File photo Photograph:( AFP )
The organisation’s Secretary-General Peter Taalas referred to China and said that the country produces “25 per cent of the global emissions”
On Tuesday, the United Nations’ World Meteorological Organization (WMO) on Tuesday put out a report on natural disasters, highlighting how the number of disasters have increased over the last half century. However, the disasters have caused fewer deaths than anticipated.
Based on WMO data, over 11,000 disasters struck the planet over the last 50 years. Most of these may be attributed to extreme changes in weather, unpredictable patterns triggered by climate change, and additional factors like tsunamis.
At least 2 million people lost their lives to such disasters in the last 50 years, which cost 3.6 million USD to the global economy.
The organisation’s Secretary-General Peter Taalas referred to China and said that the country produces “25 per cent of the global emissions”. At the same time, Taalas praised China for its “record investment in renewable energy”.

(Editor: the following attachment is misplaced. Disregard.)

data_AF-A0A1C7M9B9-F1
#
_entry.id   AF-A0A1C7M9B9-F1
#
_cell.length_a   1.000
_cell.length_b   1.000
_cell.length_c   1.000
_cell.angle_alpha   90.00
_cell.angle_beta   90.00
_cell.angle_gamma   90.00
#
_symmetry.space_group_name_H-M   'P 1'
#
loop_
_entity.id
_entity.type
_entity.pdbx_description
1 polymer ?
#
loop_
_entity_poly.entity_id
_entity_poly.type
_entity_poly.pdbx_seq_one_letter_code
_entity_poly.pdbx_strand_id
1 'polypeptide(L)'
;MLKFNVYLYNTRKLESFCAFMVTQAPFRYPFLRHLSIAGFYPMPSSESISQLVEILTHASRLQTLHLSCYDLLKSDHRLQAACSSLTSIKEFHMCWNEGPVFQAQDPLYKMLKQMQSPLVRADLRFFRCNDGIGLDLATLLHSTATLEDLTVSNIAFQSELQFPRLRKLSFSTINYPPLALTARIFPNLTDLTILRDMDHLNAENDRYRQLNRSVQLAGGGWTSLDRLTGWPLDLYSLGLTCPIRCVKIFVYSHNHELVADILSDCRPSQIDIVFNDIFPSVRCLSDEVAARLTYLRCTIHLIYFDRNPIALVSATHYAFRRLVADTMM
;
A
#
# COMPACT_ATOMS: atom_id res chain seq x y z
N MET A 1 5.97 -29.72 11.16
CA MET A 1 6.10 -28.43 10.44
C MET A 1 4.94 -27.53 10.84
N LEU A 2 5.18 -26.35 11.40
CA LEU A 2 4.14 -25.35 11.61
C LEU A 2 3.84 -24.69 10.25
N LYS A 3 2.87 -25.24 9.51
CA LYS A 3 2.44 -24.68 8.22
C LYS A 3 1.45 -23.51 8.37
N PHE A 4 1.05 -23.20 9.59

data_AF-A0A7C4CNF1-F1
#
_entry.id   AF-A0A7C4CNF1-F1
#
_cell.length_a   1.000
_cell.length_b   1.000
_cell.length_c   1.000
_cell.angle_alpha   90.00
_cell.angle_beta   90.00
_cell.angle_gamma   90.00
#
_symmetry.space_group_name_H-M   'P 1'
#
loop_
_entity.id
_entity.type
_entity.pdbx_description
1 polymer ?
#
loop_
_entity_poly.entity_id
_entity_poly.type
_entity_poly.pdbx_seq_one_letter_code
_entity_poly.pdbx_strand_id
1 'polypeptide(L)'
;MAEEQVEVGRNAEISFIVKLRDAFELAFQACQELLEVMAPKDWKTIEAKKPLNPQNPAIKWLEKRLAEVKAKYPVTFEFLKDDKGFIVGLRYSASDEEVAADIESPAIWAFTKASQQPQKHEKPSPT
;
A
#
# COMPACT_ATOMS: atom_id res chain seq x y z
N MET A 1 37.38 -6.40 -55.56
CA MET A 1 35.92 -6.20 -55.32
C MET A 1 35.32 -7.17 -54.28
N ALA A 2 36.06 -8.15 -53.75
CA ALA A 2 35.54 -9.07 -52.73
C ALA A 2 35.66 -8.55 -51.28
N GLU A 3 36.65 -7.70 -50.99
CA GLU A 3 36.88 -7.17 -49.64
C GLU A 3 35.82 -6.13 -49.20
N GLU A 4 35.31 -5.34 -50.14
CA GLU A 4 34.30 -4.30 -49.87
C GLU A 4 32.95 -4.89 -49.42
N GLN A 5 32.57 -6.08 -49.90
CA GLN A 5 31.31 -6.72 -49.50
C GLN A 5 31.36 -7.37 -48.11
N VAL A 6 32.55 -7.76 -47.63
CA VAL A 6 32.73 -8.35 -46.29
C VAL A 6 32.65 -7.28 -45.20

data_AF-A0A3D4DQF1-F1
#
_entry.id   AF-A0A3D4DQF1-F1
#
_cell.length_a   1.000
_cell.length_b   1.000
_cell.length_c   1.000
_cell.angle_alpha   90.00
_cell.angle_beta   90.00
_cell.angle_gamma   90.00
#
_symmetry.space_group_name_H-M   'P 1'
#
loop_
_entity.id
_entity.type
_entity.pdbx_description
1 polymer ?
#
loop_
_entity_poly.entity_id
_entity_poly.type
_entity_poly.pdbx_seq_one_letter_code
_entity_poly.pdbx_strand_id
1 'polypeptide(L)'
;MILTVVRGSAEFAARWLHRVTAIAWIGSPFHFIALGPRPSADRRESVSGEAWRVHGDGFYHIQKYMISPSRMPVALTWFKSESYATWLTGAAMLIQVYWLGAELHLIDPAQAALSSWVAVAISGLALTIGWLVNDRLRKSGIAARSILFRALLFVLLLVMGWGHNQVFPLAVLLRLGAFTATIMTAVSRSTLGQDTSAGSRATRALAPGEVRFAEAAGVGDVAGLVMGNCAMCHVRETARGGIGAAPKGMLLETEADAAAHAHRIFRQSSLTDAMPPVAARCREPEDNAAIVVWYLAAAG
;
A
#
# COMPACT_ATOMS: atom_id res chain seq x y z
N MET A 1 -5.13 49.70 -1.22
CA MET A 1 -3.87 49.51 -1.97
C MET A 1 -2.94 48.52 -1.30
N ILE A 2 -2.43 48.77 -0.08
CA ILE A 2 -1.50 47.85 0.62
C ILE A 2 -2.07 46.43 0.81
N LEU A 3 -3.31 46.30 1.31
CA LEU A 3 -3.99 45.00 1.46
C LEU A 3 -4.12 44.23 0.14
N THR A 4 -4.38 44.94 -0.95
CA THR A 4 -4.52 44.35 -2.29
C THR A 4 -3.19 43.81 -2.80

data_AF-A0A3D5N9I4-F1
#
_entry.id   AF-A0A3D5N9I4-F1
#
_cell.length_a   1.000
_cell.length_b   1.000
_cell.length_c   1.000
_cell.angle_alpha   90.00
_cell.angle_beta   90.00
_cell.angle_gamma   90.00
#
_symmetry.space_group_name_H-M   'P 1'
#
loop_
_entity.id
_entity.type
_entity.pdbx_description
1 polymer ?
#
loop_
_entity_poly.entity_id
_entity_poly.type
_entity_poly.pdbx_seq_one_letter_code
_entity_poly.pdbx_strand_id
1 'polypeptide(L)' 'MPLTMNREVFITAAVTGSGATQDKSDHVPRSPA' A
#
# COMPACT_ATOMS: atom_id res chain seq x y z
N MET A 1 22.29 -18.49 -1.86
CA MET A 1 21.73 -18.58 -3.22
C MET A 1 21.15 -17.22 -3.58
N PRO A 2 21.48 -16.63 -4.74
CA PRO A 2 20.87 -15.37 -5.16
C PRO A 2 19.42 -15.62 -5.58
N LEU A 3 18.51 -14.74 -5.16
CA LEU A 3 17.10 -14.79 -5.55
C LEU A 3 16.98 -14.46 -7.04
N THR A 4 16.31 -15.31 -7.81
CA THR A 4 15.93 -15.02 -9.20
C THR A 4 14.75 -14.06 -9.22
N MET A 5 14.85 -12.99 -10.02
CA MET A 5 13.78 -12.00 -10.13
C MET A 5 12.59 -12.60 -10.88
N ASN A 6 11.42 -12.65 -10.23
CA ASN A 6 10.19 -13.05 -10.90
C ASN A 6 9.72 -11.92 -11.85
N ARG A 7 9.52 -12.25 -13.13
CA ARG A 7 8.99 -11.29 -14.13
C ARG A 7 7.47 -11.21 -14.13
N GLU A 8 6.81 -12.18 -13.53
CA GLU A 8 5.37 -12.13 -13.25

Taalas added, however, that the country needs to invest in ways to avert climate catastrophes, or more commonly called “climate mitigation”.
Complied by 16 international agencies along with financial institutions, the 2020 State of Climate Services report urged governments across the world to invest heavily in mitigation measures alongside warning systems to be better prepared for natural calamities in the future.
WMO's Deputy Director, who is also in charge of Climate Services, Maxx Dilley, during a news conference in Geneva said the report held importance for all countries, and that "no individual country is self reliant and self contained when it comes to these types of system and services".
According to WMO predictions, the number of people that require international humanitarian aid could rise by 50 per cent by 2030, compared to 2018’s 108 million people who required aid.
Owing to climate change, phenomenas like heat waves, forest fires, droughts, storms, and hurricanes will only increase in the future.